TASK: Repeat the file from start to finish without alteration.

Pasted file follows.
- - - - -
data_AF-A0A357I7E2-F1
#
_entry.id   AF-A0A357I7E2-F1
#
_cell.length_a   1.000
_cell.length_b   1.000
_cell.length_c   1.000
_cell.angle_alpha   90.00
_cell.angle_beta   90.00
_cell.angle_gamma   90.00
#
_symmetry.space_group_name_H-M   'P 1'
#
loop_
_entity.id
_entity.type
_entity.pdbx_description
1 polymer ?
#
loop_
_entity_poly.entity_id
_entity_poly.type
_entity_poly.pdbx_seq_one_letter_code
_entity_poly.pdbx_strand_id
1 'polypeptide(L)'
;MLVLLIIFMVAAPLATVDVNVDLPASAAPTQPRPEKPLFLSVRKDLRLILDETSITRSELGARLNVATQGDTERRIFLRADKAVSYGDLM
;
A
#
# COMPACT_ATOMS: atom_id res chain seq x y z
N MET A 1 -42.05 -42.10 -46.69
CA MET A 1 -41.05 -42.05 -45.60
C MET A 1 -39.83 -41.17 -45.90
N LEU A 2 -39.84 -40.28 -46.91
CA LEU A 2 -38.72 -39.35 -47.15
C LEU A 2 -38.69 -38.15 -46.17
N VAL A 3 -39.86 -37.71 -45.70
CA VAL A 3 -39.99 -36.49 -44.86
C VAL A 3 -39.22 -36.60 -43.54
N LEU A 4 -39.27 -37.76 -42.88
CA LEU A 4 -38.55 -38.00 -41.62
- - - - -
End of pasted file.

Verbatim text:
data_AF-A0A357I7E2-F1
#
_entry.id   AF-A0A357I7E2-F1
#
_cell.length_a   1.000
_cell.length_b   1.000
_cell.length_c   1.000
_cell.angle_alpha   90.00
_cell.angle_beta   90.00
_cell.angle_gamma   90.00
#
_symmetry.space_group_name_H-M   'P 1'
#
loop_
_entity.id
_entity.type
_entity.pdbx_description
1 polymer ?
#
loop_
_entity_poly.entity_id
_entity_poly.type
_entity_poly.pdbx_seq_one_letter_code
_entity_poly.pdbx_strand_id
1 'polypeptide(L)'
;MLVLLIIFMVAAPLATVDVNVDLPASAAPTQPRPEKPLFLSVRKDLRLILDETSITRSELGARLNVATQGDTERRIFLRADKAVSYGDLM
;
A
#
# COMPACT_ATOMS: atom_id res chain seq x y z
N MET A 1 -42.05 -42.10 -46.69
CA MET A 1 -41.05 -42.05 -45.60
C MET A 1 -39.83 -41.17 -45.90
N LEU A 2 -39.84 -40.28 -46.91
CA LEU A 2 -38.72 -39.35 -47.15
C LEU A 2 -38.69 -38.15 -46.17
N VAL A 3 -39.86 -37.71 -45.70
CA VAL A 3 -39.99 -36.49 -44.86
C VAL A 3 -39.22 -36.60 -43.54
N LEU A 4 -39.27 -37.76 -42.88
CA LEU A 4 -38.55 -38.00 -41.62